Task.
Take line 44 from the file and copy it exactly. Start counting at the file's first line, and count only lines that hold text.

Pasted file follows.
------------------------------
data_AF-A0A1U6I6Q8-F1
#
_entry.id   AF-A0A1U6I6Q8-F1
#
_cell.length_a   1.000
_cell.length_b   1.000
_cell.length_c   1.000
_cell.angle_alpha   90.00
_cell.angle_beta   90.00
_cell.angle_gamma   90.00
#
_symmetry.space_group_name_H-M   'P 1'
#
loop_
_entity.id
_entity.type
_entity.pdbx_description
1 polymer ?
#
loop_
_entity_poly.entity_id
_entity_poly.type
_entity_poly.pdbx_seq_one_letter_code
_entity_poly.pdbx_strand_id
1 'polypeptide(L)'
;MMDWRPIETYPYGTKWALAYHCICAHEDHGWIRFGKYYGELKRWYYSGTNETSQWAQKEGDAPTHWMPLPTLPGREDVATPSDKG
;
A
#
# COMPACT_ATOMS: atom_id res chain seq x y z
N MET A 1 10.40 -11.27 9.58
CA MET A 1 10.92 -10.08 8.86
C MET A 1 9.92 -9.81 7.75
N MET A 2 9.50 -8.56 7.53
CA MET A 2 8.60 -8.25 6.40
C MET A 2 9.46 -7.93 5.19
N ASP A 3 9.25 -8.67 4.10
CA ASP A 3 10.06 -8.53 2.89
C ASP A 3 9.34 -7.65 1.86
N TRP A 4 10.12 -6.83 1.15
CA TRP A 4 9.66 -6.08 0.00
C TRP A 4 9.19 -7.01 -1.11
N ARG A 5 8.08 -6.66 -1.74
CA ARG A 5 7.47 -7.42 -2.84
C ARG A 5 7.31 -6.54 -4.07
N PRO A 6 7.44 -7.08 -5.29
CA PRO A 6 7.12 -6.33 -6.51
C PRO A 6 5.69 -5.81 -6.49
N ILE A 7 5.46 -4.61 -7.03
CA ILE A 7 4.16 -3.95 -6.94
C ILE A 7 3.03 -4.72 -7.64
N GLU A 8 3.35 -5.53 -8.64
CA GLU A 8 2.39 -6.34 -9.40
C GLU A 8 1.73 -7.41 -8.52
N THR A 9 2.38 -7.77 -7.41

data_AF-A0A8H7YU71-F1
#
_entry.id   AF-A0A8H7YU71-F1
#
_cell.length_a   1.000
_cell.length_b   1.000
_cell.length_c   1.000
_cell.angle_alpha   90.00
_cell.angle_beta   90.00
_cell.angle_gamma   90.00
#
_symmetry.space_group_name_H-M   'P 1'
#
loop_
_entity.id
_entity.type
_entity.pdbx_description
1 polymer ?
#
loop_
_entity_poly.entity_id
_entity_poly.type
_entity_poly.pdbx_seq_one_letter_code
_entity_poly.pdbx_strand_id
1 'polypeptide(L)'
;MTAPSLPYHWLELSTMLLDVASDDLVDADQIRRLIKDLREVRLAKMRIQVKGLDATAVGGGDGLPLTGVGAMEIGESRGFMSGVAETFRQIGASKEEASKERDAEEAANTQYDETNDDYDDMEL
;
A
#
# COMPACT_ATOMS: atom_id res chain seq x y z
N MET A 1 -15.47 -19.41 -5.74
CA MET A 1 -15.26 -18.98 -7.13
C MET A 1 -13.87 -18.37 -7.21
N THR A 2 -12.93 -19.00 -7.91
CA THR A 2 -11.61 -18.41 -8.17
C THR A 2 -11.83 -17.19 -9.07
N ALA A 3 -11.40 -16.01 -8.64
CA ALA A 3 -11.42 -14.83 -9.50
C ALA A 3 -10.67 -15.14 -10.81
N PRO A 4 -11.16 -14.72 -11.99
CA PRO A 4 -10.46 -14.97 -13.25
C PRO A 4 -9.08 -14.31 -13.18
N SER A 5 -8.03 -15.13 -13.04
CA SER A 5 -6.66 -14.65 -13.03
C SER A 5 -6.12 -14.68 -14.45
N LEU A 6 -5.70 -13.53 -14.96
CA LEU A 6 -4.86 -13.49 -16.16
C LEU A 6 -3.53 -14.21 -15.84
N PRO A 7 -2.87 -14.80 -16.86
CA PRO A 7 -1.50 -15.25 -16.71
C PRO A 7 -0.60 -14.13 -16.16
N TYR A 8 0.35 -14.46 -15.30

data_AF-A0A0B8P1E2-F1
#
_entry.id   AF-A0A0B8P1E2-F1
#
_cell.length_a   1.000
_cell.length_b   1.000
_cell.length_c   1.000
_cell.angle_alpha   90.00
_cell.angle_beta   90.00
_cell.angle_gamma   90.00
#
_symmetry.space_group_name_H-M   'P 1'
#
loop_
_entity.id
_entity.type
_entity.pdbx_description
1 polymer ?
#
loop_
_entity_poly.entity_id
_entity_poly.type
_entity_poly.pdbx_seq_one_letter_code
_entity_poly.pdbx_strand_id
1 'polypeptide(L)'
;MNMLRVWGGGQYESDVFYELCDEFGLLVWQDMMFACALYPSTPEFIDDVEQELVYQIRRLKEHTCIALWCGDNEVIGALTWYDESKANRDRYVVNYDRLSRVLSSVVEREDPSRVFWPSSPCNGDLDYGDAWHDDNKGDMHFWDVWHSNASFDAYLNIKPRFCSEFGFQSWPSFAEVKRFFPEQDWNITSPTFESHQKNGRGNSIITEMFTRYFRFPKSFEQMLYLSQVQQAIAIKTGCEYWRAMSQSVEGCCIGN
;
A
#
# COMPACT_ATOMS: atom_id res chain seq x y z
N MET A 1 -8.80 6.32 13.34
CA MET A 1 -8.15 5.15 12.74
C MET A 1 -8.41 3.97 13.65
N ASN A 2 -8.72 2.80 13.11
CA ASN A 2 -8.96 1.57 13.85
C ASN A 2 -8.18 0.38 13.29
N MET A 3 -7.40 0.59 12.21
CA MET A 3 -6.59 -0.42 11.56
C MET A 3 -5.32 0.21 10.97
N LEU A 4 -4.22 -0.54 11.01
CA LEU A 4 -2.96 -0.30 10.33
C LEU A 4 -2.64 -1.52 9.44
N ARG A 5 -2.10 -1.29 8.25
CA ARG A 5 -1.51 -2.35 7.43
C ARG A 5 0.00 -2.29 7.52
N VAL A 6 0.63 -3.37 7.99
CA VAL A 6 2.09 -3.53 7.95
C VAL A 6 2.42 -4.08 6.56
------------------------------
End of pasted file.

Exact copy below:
CA ARG A 5 7.47 -7.42 -2.84